- Predominantly Hyperactive-Impulsive Presentation ADHD
An individual with predominantly hyperactive-impulsive ADHD presentation will typically display signs of hyperactivity, such as fidgeting or talking a lot. It may be hard to sit still or remain in one place for too long, making it difficult for someone to complete a task such as finishing their meal or completing an academic assignment. Hyperactive children might run, jump, or climb things excessively, leading to injuries. Adults may show restlessness and feel the need to always be moving. Someone who struggles with hyperactivity and impulsiveness may also struggle socially, as they might talk excessively or interrupt to speak out of turn due to difficulty waiting.
- Combined presentation ADHD
Someone diagnosed with combined presenting ADHD will exhibit symptoms of inattention and hyperactive-impulsiveness.
Because symptoms can change over time, an individual’s type of ADHD can also change based on its presentation and its symptoms. Based on how affected someone is by their symptoms, healthcare professionals can also diagnose the disorder’s severity. Again, this can change over time, ranging anywhere from mild to moderate to severe.
Treatment Of ADHD
ADHD is typically treated with a combination of behavioral therapy and medication administered by healthcare professionals and requires the efforts of parents as well as counselors and educators. However, remember that for all guidance regarding treatment, please consult a licensed medical professional.
Treatment is typically tailored to the severity of symptoms and an individual’s unique needs and the resources available to them in terms of family members and educators. Overall, the goal of treatment is to improve their overall psychological well-being and their ability to navigate social relationships and their symptoms.
Because medication can have extreme side effects and long-term effects on younger children, behavioral therapy is prioritized to encourage and strengthen positive decision-making while eliminating unwanted or problematic behaviors.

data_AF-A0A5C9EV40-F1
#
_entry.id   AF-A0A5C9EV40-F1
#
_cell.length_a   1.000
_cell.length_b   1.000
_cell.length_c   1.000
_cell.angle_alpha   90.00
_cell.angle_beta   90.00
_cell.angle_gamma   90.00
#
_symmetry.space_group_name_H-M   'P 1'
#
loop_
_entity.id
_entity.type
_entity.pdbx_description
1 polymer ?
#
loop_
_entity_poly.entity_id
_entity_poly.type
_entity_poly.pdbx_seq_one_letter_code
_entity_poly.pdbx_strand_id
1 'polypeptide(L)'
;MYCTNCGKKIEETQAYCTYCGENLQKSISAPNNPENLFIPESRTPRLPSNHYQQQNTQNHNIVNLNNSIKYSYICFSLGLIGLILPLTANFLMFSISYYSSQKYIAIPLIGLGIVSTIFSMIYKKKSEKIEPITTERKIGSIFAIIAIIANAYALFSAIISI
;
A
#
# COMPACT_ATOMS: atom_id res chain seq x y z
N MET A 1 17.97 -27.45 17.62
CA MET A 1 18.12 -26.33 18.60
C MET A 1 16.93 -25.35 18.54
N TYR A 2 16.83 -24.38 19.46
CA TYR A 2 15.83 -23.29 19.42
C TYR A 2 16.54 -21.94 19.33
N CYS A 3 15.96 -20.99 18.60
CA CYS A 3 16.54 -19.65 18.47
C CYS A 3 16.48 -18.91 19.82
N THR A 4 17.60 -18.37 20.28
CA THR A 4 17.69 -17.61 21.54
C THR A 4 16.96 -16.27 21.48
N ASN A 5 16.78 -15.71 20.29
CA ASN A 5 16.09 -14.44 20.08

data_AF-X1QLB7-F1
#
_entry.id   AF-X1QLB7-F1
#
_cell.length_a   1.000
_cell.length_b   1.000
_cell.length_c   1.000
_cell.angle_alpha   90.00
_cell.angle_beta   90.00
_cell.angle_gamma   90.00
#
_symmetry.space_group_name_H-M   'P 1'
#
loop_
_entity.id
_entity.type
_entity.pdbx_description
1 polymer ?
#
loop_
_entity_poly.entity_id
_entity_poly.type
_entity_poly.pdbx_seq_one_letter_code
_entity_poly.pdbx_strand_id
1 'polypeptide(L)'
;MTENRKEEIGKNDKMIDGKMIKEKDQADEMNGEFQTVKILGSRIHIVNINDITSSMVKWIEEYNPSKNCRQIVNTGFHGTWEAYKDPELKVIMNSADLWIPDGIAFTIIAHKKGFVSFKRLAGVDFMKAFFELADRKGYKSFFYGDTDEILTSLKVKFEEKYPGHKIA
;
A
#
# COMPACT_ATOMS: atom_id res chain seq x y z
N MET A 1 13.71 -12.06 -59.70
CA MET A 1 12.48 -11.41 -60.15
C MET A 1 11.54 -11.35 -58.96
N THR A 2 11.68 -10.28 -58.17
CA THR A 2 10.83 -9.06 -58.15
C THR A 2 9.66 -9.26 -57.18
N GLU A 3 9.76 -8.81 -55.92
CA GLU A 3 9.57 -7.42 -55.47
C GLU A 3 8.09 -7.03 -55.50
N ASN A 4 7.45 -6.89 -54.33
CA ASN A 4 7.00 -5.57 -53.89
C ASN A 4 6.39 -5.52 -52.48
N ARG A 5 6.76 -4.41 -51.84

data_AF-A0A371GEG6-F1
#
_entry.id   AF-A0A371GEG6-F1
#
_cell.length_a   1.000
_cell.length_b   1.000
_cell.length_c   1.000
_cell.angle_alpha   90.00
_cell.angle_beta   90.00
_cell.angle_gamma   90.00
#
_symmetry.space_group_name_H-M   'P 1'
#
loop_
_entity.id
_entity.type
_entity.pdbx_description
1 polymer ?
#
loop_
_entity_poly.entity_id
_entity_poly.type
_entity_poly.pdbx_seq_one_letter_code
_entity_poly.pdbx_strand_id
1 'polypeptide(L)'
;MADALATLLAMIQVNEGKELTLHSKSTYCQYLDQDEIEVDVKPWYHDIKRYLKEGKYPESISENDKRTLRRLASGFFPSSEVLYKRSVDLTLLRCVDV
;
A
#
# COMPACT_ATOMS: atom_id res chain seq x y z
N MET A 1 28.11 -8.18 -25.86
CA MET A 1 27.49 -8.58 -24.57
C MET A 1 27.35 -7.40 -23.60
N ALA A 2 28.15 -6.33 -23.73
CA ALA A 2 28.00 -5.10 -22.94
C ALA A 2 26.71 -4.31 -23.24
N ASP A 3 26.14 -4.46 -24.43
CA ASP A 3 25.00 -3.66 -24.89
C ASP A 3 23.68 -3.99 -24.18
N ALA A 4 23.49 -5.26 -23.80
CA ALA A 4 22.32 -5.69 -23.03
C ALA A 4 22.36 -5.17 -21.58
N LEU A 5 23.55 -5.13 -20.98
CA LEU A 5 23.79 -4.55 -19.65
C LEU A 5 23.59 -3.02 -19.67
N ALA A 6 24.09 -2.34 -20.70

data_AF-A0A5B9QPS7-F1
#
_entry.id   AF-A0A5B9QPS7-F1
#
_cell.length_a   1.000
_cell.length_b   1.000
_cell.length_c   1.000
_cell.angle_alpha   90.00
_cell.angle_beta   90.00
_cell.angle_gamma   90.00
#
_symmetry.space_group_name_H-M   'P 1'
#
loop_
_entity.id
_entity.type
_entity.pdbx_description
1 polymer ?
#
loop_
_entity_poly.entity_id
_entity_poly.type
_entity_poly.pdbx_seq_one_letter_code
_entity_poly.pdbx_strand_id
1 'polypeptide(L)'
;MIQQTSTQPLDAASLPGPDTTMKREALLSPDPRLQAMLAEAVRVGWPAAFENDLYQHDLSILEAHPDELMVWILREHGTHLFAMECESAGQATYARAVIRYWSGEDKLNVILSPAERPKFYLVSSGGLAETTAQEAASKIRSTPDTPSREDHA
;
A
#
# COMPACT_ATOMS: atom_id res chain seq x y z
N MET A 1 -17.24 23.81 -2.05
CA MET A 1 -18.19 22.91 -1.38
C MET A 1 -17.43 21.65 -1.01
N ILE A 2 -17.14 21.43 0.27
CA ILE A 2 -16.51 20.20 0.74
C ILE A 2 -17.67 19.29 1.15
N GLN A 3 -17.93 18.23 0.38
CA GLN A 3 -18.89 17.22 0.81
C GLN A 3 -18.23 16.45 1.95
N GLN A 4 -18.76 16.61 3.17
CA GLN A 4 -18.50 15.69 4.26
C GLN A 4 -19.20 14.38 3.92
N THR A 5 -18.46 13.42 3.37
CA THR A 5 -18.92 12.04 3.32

The American Academy of Pediatrics also recommends that parents participate in behavior management training to learn how to intervene and support children struggling with inattention, hyperactivity, and impulsiveness. Schools and educators should also be informed when a child is diagnosed with ADHD so they can be able to provide the support needed for a child to succeed academically.
Effective treatment will typically include close monitoring of the child’s progress in terms of their behavior and academic performance, with changes being made as needed.
In older children and adults, medication can help manage ADHD symptoms that interfere with their everyday life and help them control behaviors that are disrupting their relationships. It is still strongly recommended that behavioral therapy and positive decision-making strategies are learned and exercised and take medication as it may take time to find the correct dosage or prescription that works for each individual. Again, for all guidance regarding treatment, please consult a licensed medical professional.
WHY IT’S IMPORTANT TO TREAT ADHD
An inability to dedicate attention to tasks means that ADHD can severely inhibit mental, emotional, and social development. In very young children, this can lead to learning delays in language, motor skills, and social skills, which can then adversely affect their lives and relationships as they reach adolescence and adulthood. Due to subsisting behavioral problems and difficulty controlling emotions or impulsivity, this could put individuals at risk for academic performance and laborious or potentially dangerous tasks (driving or cooking, for example).
The earlier ADHD is diagnosed and treated, the less likely ADHD will have a negative impact on one’s life in adulthood. It’s been reported that more than seventy-five percent of children with ADHD have experienced continued symptoms as they approach adulthood. While doing things like managing a healthy lifestyle or following routines can help keep ADHD symptoms at bay, sometimes it’s simply overwhelming to try to handle ADHD by yourself.
How To Get A Diagnosis For ADHD
Determining whether someone has ADHD is a process that may include multiple steps. While there is no single test to diagnose ADHD, it often begins with answering questions to weigh the likelihood that the disorder is present. Suppose you believe you may be exhibiting symptoms of ADHD or struggling from an attention-deficit/hyperactivity disorder. In that case, you can try taking a diagnostic test such as the one provided by Mind Diagnostics:
Acknowledging that you want help is the first step towards positive change. It is also recommended to speak to licensed professionals who can discuss your history and issues to develop an accurate diagnosis and treatment plan. No matter the case, you’re not alone, and there are many resources available for you to start managing your symptoms should you find that you have ADHD so that you can live a happy and healthy life.